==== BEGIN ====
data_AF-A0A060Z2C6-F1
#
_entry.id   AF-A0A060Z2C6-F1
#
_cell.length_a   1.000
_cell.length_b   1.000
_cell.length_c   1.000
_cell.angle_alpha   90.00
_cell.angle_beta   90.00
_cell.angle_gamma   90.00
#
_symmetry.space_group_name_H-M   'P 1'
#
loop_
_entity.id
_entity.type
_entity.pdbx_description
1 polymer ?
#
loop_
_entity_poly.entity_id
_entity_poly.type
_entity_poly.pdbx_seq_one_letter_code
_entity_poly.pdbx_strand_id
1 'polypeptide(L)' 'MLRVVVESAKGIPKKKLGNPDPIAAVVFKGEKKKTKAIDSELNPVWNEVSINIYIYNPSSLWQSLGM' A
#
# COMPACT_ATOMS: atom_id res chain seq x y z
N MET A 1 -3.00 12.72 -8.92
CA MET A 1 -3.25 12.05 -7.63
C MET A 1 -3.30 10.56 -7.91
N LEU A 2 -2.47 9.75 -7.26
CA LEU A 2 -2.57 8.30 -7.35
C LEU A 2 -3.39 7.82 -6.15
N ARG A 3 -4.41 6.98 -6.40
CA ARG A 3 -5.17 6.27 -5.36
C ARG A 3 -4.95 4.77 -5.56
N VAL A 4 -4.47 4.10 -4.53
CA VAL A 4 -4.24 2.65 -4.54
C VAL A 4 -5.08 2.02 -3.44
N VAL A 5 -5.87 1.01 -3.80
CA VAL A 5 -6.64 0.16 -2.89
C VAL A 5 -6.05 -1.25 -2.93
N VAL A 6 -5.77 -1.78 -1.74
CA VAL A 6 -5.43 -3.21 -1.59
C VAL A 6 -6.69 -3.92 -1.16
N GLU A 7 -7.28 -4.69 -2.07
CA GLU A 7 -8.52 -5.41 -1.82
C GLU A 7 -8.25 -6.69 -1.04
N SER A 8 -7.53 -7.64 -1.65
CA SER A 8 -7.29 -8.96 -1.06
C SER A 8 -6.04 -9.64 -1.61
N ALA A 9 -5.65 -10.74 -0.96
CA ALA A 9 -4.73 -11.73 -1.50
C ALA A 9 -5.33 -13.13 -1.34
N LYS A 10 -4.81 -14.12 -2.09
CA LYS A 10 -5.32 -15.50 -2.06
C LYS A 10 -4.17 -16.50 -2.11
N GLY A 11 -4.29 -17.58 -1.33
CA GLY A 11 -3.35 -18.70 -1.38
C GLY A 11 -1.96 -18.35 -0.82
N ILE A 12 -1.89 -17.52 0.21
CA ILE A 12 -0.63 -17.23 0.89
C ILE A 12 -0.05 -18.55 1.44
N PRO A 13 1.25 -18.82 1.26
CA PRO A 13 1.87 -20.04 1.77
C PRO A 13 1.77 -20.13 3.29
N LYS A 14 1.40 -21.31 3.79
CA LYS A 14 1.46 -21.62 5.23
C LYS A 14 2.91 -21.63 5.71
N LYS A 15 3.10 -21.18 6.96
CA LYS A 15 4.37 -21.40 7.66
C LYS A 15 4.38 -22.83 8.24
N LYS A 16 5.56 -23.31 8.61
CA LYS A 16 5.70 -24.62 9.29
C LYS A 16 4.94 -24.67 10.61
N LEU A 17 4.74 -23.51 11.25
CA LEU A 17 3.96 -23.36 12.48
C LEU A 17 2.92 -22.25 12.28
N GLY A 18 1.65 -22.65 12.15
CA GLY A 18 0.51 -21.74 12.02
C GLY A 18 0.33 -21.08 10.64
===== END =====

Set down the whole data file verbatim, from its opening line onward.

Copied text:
data_AF-A0A060Z2C6-F1
#
_entry.id   AF-A0A060Z2C6-F1
#
_cell.length_a   1.000
_cell.length_b   1.000
_cell.length_c   1.000
_cell.angle_alpha   90.00
_cell.angle_beta   90.00
_cell.angle_gamma   90.00
#
_symmetry.space_group_name_H-M   'P 1'
#
loop_
_entity.id
_entity.type
_entity.pdbx_description
1 polymer ?
#
loop_
_entity_poly.entity_id
_entity_poly.type
_entity_poly.pdbx_seq_one_letter_code
_entity_poly.pdbx_strand_id
1 'polypeptide(L)' 'MLRVVVESAKGIPKKKLGNPDPIAAVVFKGEKKKTKAIDSELNPVWNEVSINIYIYNPSSLWQSLGM' A
#
# COMPACT_ATOMS: atom_id res chain seq x y z
N MET A 1 -3.00 12.72 -8.92
CA MET A 1 -3.25 12.05 -7.63
C MET A 1 -3.30 10.56 -7.91
N LEU A 2 -2.47 9.75 -7.26
CA LEU A 2 -2.57 8.30 -7.35
C LEU A 2 -3.39 7.82 -6.15
N ARG A 3 -4.41 6.98 -6.40
CA ARG A 3 -5.17 6.27 -5.36
C ARG A 3 -4.95 4.77 -5.56
N VAL A 4 -4.47 4.10 -4.53
CA VAL A 4 -4.24 2.65 -4.54
C VAL A 4 -5.08 2.02 -3.44
N VAL A 5 -5.87 1.01 -3.80
CA VAL A 5 -6.64 0.16 -2.89
C VAL A 5 -6.05 -1.25 -2.93
N VAL A 6 -5.77 -1.78 -1.74
CA VAL A 6 -5.43 -3.21 -1.59
C VAL A 6 -6.69 -3.92 -1.16
N GLU A 7 -7.28 -4.69 -2.07
CA GLU A 7 -8.52 -5.41 -1.82
C GLU A 7 -8.25 -6.69 -1.04
N SER A 8 -7.53 -7.64 -1.65
CA SER A 8 -7.29 -8.96 -1.06
C SER A 8 -6.04 -9.64 -1.61
N ALA A 9 -5.65 -10.74 -0.96
CA ALA A 9 -4.73 -11.73 -1.50
C ALA A 9 -5.33 -13.13 -1.34
N LYS A 10 -4.81 -14.12 -2.09
CA LYS A 10 -5.32 -15.50 -2.06
C LYS A 10 -4.17 -16.50 -2.11
N GLY A 11 -4.29 -17.58 -1.33
CA GLY A 11 -3.35 -18.70 -1.38
C GLY A 11 -1.96 -18.35 -0.82
N ILE A 12 -1.89 -17.52 0.21
CA ILE A 12 -0.63 -17.23 0.89
C ILE A 12 -0.05 -18.55 1.44
N PRO A 13 1.25 -18.82 1.26
CA PRO A 13 1.87 -20.04 1.77
C PRO A 13 1.77 -20.13 3.29
N LYS A 14 1.40 -21.31 3.79
CA LYS A 14 1.46 -21.62 5.23
C LYS A 14 2.91 -21.63 5.71
N LYS A 15 3.10 -21.18 6.96
CA LYS A 15 4.37 -21.40 7.66
C LYS A 15 4.38 -22.83 8.24
N LYS A 16 5.56 -23.31 8.61
CA LYS A 16 5.70 -24.62 9.29
C LYS A 16 4.94 -24.67 10.61
N LEU A 17 4.74 -23.51 11.25
CA LEU A 17 3.96 -23.36 12.48
C LEU A 17 2.92 -22.25 12.28
N GLY A 18 1.65 -22.65 12.15
CA GLY A 18 0.51 -21.74 12.02
C GLY A 18 0.33 -21.08 10.64